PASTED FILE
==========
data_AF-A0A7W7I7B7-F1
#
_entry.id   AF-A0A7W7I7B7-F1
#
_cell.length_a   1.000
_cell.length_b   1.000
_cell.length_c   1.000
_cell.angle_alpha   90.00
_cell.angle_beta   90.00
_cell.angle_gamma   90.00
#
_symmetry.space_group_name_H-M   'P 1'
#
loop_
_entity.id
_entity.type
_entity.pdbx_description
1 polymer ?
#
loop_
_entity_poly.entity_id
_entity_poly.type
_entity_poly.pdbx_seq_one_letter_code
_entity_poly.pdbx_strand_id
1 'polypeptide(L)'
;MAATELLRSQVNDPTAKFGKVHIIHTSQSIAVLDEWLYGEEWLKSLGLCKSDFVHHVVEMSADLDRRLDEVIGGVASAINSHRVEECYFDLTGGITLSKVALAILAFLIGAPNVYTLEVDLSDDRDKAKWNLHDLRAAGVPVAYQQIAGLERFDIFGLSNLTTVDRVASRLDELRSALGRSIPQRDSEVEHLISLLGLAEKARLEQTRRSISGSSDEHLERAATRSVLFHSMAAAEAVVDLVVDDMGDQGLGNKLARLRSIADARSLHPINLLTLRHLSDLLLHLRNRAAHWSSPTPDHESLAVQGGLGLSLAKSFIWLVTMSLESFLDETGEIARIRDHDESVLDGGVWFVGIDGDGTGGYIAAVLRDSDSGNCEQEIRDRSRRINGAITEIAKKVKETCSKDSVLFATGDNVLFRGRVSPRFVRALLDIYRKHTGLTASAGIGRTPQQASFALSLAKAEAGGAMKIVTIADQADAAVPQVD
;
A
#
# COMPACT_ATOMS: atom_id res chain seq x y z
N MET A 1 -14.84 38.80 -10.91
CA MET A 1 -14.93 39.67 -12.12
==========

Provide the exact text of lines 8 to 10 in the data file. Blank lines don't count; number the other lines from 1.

_cell.angle_alpha   90.00
_cell.angle_beta   90.00
_cell.angle_gamma   90.00